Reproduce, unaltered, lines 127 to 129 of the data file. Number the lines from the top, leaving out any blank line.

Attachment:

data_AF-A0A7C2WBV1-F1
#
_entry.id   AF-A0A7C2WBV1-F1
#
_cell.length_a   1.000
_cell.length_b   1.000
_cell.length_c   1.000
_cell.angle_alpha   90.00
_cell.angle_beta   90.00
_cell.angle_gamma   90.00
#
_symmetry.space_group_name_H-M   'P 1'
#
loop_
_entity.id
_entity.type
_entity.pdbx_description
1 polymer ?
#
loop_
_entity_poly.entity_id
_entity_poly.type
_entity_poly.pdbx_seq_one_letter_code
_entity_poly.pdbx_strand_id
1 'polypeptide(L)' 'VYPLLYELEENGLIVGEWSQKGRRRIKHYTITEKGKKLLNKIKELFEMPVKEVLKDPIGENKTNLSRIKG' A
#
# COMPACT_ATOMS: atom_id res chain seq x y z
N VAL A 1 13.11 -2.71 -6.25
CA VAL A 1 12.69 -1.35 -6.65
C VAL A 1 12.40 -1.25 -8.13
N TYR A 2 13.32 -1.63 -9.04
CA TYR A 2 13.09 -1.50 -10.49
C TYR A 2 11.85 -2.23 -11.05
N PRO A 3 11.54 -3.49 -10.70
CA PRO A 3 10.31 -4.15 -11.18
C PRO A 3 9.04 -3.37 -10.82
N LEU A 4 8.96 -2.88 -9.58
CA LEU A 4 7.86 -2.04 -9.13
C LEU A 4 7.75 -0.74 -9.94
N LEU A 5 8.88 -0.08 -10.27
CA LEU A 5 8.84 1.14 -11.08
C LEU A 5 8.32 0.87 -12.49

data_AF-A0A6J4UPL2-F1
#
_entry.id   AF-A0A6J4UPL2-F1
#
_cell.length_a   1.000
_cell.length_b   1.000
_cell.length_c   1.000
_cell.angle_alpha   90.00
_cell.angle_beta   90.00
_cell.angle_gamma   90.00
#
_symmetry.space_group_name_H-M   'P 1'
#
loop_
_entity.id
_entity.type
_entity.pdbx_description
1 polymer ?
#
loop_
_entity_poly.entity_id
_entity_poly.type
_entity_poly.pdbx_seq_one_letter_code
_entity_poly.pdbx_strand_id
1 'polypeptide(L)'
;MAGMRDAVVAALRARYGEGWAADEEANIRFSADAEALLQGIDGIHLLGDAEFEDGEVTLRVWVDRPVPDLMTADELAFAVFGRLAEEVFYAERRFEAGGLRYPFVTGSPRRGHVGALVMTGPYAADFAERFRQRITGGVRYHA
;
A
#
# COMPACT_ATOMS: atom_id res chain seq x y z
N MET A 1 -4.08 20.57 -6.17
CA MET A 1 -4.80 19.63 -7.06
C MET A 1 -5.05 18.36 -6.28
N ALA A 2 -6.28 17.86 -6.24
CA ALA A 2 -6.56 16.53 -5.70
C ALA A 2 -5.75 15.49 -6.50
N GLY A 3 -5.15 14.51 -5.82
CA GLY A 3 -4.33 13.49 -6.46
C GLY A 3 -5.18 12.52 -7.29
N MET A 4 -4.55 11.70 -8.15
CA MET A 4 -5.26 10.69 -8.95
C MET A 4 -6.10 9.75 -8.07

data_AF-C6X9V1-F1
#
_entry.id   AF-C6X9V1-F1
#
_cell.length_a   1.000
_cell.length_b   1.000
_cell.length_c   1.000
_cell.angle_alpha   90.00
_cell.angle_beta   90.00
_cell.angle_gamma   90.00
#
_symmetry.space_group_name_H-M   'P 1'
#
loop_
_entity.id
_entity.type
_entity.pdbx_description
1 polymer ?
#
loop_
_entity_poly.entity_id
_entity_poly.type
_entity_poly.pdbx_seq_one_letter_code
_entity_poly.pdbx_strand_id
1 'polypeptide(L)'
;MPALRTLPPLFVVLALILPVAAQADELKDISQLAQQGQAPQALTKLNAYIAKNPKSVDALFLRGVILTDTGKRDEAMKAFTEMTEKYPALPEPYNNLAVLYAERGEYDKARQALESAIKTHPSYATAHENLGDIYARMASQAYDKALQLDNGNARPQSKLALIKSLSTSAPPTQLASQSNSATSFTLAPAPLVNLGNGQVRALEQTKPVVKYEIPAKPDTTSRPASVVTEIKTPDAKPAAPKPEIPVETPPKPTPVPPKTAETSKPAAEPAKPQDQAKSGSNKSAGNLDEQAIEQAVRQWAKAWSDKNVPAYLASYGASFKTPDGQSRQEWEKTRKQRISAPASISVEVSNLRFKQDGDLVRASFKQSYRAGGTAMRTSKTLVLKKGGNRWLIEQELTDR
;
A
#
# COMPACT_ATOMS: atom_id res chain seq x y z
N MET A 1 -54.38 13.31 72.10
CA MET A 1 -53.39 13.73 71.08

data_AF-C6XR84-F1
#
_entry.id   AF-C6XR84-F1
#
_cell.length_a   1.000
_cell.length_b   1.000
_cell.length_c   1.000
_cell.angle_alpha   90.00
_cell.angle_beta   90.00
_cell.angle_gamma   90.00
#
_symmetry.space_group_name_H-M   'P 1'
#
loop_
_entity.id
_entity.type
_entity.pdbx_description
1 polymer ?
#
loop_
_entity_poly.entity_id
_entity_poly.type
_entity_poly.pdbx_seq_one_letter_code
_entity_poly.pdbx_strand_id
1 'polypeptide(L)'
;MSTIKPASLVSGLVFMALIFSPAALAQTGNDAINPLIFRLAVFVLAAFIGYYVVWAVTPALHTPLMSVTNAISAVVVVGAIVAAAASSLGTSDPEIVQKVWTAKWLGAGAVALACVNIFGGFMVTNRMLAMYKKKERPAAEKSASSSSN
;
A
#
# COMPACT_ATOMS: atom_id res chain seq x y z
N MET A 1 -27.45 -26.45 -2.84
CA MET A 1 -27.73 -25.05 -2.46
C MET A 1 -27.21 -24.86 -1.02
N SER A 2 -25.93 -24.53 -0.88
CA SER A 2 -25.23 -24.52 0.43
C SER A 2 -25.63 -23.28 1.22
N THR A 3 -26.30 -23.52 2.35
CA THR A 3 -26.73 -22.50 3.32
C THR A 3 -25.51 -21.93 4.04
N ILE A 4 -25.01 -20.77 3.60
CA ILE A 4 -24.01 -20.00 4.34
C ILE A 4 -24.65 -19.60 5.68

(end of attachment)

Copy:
#
_symmetry.space_group_name_H-M   'P 1'
#